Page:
14. Strong Bad

    Strong Bad Former World's Foremost Authority

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    Go ahead and be afraid, just stand back, stay out of the way, and let we who by our nature have to help, do what we can. That's what most people do anyway.
  15. Johnny4x4

    Johnny4x4 Hope 2 B Cool Sumday

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    So, here is my $0.02.

    I was a bit inconsistent about which pocket I put my keys in. when I go to the bike I am always checking all my pockets. I had stopped at a store in Alaska to buy some Ice and some Soda for my cooler, I pulled my cooler off the bike, put my items in and replaced it on the bike. went to look for my keys and couldn't find them, felt around in every pocket on my riding jacket, my riding pants, checked the ground around the bike a few times, went back into the store and asked if anyone had turned in some keys, walked up and down every isle I had been in, checked up front again about anyone turning them in. no dice. so I got out the emergency key I keep on the bike and rode to the campground. as I was unloading the bike, I found the keys under the cooler on top of the bags. after that I put my keys on a clip attached to the bottom of my jacket.

    next tip, Always carry your cell phone charger in your riding gear. I have a charging setup on my bike, but after awhile the little end that hooks to the phone gets worn out, when I plugged it in, it made the little charging sound, but when I put it in the bag, the cord moved a little to the side and was not charging. got to a restaurant and went to use, it was dead. luckily I had my home charger in my riding pants pocket so I could use and charge while eating.

    Also, make sure you put the charger back in the same pocket, I thought I had done this, but at my next destination I couldn't find it. checked all my pockets, tank bag, no dice. Found it later when I got undressed, I had put it in the vent area right in front of my pocket. it had slid down and was in the pantleg all day.
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  16. Tall Man

    Tall Man Priest, Temple of Syrinx

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    Yep. As I mentioned here 2 years ago, police your pockets. Every time.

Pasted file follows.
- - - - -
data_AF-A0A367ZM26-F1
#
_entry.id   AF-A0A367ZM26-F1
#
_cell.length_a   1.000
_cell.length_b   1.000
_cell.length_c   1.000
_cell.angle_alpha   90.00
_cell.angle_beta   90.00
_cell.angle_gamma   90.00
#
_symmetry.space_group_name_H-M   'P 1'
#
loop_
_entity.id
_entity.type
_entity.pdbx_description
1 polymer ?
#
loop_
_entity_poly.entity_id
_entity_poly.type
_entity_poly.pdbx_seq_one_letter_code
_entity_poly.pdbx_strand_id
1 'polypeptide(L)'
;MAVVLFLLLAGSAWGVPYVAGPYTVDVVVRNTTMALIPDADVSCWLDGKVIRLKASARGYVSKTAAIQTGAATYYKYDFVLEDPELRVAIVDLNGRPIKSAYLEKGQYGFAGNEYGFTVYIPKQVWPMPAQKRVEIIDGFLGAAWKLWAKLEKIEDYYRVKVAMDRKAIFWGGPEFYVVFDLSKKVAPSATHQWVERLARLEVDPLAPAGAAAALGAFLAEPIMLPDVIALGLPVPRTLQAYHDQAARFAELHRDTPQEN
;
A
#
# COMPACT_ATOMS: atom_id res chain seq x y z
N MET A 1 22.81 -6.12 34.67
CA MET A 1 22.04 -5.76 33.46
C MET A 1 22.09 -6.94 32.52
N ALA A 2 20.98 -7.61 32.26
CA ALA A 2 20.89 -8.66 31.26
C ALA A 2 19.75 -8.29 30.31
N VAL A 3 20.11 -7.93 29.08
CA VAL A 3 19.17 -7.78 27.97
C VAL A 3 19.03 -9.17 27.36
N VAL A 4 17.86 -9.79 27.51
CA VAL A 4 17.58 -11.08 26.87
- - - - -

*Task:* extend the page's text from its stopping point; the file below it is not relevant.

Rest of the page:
17. Buckee

    Buckee Scott

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    When stopped by the law for anything (permit check, performance award, whatever), always always get the helmet off before conversing. I have seen radical changes in demeanor as soon as the gray hair is visible.

    Also works when meeting non-riders on the trail - given the bikes and gear we wear off-road, it's assumed you're a jerkoff kid until the gray shows.

    And some horse people told me - if you stop to let them ride past you, take the helmet off, more important than shutting the bike off. They've heard engines before, but they don't know what the heck you are when you look like a storm trooper.
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  18. Tall Man

    Tall Man Priest, Temple of Syrinx

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    I take the opposite tack. I'll ride past equestrians, slowly, but I never stop. Horses are large and unpredictable animals -- not intelligent enough to run out of a burning barn -- and limiting my proximity to them is one of my General Orders.

    The foregoing is only reinforced by the dagger-like stares that the horsie set always sends our way, no matter how slowly and quietly we've ridden by them on a shared use trail. I grant that some twats on undermuffled bikes might have flown past in a reckless manner, but their sins aren't mine and I refuse to share the burden.

    Let the horse people hope that I'll stop and remove my helmet. That's not going to happen.